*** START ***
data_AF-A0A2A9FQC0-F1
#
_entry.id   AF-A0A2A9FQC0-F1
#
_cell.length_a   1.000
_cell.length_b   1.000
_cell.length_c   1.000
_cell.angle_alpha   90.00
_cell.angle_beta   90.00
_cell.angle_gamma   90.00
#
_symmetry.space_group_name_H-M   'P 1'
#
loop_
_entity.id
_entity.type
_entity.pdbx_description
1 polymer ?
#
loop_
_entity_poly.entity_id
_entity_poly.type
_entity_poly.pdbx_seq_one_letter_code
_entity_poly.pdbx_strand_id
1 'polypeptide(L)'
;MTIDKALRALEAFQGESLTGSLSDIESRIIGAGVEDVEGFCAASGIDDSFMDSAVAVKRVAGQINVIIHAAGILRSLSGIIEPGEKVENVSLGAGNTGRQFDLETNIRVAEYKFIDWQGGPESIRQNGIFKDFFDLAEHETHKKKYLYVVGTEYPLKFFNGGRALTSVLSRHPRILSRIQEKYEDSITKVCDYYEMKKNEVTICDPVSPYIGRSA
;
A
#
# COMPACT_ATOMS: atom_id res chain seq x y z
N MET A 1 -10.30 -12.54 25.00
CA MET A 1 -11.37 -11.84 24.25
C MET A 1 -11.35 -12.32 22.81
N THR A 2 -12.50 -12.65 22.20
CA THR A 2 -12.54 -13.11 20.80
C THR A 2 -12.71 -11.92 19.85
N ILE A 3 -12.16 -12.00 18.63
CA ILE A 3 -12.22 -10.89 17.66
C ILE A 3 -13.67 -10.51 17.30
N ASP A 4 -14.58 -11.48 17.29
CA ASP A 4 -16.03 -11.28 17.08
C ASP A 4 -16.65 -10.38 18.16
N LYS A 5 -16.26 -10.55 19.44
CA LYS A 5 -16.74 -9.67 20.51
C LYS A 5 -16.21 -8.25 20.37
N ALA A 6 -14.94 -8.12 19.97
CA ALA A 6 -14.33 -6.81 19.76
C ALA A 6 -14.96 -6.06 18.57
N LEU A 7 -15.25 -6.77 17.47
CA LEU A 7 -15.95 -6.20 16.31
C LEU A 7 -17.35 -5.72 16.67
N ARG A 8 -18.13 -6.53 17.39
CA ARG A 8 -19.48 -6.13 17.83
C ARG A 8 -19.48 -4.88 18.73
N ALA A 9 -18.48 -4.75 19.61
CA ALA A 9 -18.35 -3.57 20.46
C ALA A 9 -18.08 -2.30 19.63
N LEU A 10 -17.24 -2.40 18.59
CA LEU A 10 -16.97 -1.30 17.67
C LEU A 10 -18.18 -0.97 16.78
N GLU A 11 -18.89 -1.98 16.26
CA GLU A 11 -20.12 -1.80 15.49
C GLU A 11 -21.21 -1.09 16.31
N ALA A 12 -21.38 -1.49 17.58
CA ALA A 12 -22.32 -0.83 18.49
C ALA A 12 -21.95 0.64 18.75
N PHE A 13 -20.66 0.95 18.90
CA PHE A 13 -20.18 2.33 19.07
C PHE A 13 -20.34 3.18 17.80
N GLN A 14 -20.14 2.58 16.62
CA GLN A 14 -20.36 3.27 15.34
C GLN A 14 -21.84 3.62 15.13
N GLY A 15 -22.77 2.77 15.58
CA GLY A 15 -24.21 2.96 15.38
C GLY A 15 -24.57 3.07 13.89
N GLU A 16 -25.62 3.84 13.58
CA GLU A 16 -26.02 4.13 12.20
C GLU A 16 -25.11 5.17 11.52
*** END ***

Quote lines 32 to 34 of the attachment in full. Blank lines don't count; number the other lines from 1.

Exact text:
CA MET A 1 -11.37 -11.84 24.25
C MET A 1 -11.35 -12.32 22.81
N THR A 2 -12.50 -12.65 22.20